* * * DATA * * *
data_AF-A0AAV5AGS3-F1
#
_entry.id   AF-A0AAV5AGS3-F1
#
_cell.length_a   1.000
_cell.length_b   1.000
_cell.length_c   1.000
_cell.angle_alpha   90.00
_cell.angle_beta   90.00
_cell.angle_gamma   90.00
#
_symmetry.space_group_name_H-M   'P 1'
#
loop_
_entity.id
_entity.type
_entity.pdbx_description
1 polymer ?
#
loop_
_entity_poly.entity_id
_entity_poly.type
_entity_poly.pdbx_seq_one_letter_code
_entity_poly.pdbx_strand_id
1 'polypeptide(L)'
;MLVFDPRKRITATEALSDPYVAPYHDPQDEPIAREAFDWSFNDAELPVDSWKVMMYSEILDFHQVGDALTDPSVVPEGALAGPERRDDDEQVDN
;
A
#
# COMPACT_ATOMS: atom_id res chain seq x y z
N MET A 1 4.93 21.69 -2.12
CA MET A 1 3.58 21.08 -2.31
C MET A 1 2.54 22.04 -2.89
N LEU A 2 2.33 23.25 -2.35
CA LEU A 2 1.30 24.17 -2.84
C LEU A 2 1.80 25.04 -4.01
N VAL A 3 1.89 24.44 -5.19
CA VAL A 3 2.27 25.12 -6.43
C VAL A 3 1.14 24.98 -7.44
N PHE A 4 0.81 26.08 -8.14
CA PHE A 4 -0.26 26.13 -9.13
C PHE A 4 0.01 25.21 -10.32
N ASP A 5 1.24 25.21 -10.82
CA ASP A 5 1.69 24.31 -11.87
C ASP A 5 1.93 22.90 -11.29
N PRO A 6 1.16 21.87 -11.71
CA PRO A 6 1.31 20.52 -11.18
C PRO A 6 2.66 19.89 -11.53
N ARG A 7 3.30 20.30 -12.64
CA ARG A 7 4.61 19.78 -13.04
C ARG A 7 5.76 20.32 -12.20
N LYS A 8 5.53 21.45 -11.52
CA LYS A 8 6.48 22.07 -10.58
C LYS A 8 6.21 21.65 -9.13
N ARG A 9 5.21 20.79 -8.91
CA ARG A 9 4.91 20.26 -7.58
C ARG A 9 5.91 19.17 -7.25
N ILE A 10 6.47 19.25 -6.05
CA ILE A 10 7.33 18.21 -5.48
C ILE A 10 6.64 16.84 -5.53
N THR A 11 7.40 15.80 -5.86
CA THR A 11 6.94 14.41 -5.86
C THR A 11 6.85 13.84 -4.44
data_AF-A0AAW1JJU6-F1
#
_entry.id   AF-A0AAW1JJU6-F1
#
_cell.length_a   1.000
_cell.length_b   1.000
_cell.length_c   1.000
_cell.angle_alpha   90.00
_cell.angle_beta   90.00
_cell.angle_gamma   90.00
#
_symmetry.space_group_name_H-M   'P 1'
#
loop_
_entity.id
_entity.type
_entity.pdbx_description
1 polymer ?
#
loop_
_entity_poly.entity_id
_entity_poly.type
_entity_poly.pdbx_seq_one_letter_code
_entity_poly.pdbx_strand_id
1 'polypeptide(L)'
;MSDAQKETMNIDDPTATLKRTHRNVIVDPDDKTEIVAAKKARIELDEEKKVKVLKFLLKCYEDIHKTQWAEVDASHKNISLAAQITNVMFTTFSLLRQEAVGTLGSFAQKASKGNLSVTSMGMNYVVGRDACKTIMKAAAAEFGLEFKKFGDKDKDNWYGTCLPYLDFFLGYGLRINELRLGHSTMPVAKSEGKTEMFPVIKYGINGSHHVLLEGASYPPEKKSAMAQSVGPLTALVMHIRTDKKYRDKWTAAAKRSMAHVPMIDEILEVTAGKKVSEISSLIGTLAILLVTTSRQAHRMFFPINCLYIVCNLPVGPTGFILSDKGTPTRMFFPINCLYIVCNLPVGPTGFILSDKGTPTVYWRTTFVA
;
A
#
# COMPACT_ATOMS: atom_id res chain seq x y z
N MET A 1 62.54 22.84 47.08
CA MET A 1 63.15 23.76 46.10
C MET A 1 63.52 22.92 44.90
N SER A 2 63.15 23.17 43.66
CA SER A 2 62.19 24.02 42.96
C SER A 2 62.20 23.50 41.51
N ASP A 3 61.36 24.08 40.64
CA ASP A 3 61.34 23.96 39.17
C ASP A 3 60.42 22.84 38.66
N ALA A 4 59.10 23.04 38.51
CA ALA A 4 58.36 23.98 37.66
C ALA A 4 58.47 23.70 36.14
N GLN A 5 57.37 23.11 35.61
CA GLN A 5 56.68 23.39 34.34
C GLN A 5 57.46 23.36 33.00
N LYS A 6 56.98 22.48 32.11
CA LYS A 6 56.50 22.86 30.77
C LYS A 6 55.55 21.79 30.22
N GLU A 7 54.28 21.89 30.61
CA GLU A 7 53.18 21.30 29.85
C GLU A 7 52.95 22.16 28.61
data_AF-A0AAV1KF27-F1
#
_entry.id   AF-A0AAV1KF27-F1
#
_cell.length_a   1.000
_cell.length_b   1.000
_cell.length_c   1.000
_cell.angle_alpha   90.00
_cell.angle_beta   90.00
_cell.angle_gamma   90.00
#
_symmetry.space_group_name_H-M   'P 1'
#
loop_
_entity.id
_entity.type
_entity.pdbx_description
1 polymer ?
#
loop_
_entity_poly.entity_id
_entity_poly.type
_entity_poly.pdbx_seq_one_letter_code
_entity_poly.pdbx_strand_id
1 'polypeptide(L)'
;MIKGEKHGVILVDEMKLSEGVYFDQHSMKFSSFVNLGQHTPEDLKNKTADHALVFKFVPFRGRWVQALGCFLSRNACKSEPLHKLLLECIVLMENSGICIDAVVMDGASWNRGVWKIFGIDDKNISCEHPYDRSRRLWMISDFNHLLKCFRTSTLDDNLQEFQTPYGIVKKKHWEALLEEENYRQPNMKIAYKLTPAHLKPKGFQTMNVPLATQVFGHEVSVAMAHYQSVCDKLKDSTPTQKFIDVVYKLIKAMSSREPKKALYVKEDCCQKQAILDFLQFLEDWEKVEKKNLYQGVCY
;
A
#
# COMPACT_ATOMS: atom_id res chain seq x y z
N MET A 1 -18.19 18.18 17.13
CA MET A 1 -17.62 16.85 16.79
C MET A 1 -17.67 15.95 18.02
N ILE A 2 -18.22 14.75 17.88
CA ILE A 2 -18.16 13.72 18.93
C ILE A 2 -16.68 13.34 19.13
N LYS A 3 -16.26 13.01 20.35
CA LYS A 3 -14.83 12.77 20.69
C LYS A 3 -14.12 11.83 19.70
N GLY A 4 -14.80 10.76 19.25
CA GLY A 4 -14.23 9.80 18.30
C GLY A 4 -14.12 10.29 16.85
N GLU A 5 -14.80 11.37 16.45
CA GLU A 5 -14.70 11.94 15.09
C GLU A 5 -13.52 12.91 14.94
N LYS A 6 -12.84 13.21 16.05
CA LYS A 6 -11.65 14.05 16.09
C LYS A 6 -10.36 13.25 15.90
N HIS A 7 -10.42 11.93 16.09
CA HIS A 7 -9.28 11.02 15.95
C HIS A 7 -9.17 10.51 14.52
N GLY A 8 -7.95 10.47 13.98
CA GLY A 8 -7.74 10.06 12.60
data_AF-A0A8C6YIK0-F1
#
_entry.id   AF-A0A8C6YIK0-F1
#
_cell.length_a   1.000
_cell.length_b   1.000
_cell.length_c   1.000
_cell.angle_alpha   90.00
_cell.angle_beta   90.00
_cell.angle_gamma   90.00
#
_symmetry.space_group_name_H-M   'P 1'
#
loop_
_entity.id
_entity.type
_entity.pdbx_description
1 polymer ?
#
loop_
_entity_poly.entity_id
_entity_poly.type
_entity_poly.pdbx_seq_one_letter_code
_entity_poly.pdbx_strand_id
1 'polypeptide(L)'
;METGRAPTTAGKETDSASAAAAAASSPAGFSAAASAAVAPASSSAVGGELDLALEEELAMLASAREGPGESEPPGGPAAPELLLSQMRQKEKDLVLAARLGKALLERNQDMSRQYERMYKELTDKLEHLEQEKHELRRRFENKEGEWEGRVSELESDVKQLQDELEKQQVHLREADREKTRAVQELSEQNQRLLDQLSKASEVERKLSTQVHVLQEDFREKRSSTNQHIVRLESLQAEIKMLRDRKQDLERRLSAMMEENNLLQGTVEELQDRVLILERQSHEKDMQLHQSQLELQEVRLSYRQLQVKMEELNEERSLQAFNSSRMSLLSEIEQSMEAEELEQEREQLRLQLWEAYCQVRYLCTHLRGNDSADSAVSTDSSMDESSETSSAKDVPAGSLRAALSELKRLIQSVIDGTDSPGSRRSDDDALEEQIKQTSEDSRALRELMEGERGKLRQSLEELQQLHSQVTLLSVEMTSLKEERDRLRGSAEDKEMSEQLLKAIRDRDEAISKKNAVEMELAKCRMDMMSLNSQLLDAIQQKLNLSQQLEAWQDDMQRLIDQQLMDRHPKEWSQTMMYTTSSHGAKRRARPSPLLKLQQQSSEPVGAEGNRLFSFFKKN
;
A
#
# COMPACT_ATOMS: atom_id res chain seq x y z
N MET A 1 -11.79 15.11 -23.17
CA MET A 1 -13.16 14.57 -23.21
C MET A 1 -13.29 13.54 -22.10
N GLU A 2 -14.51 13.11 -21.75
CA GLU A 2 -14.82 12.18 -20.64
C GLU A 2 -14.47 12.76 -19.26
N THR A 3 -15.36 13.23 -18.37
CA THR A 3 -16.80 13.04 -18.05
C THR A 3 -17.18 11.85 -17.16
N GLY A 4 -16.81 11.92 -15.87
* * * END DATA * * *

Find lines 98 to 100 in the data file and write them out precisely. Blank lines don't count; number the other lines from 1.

CA SER A 2 62.19 24.02 42.96
C SER A 2 62.20 23.50 41.51
N ASP A 3 61.36 24.08 40.64